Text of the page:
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July 27, 1979 - Image 15

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Michigan Daily, 1979-07-27

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Th's Michigan Daily-Friday, July 27, 1979-Page 15
'SURPRISING' TEAMS IN TOP SLOTS

They al
Houston,
Baltimore
the divisio
100 games
season.
Each di
philosophr
eac'h,,enrc

Tactics differ in division leaders
By The Associated Press pitchers J. R. Richard and Ken Forsch THINGS HAVE changed in known free agents.
I drove different roads, hut and relief ace Joe Sambito came baseball," said Buzzie Bavasi, "BASEBALL WILL be better offi
More California and through the farm system. Joe Niekro longtime baseball executive who is vice soon as all clubs discover that it's n
Montreal, amso t d and Joaquin Andujar came in trades. president of the Angels. "Years ago devastating when you lose a player
Sall reached the same spot - "When I came back here in 1975, we money wasn't a factor, except if you put the re-entry draft," said Hank Peter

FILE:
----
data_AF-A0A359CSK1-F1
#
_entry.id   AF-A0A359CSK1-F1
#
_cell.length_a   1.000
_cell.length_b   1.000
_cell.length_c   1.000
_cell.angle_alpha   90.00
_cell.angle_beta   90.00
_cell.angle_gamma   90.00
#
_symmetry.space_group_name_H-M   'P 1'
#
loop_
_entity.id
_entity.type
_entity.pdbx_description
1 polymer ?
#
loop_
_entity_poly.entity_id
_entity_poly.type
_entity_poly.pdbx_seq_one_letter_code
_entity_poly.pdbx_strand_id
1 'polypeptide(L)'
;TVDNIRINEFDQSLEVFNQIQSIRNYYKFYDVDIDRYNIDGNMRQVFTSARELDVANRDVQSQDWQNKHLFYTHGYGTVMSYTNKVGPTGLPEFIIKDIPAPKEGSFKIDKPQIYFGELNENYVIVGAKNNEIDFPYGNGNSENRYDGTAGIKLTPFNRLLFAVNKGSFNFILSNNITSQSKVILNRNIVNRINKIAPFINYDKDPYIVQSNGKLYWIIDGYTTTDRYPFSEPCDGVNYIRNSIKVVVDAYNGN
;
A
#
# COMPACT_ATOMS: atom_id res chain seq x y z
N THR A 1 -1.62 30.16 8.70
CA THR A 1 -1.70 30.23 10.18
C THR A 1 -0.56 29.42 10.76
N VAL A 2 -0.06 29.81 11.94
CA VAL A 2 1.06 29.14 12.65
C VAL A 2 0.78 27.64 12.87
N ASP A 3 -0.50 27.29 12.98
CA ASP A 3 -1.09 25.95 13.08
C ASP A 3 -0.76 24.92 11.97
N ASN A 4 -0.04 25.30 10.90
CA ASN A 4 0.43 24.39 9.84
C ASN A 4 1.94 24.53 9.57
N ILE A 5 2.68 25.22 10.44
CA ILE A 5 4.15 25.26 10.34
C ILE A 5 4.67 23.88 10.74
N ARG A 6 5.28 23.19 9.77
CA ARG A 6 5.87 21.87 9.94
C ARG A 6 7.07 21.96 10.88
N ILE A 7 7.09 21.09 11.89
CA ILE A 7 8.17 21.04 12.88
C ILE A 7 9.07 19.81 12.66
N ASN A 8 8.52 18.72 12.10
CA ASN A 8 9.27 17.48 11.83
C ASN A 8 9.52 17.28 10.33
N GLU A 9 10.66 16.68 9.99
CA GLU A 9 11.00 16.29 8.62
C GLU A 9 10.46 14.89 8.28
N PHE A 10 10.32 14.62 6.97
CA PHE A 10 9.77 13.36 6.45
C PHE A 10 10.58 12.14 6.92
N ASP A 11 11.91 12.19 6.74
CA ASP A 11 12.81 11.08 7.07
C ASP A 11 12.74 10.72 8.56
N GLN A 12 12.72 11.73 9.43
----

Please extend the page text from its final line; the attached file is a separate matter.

n lead - after approximately were 431 games out. We had only won it into the minor league system. Today executive vice president and geher
in this surprising baseball 64 games," said Smith. "With that it's very important. Mr. Autry has manager who has lost, without at
hbase, one of two moves won't help you spent a lot of money. Only one of our compensation, free agent stars Regg
vision leader has a different out much. So we decided to bite the regulars is home grown." Jackson, Grich, Baylor and Ross Grii
hou t huildg wrin; yt s bullet, rebuilding with young players He's third baseman Carney Lansford, sley. "Nor is it the greatest thing in t
oahseems Itohbe working this __ __- 1_-

as
ot
to
al
any
ie
m-
he

year.
Houston never pursued a free-agent
star player and traded for most of its
starting lineup. California has heen the
most active team in the free-agent
marketplace, filling in the holes with a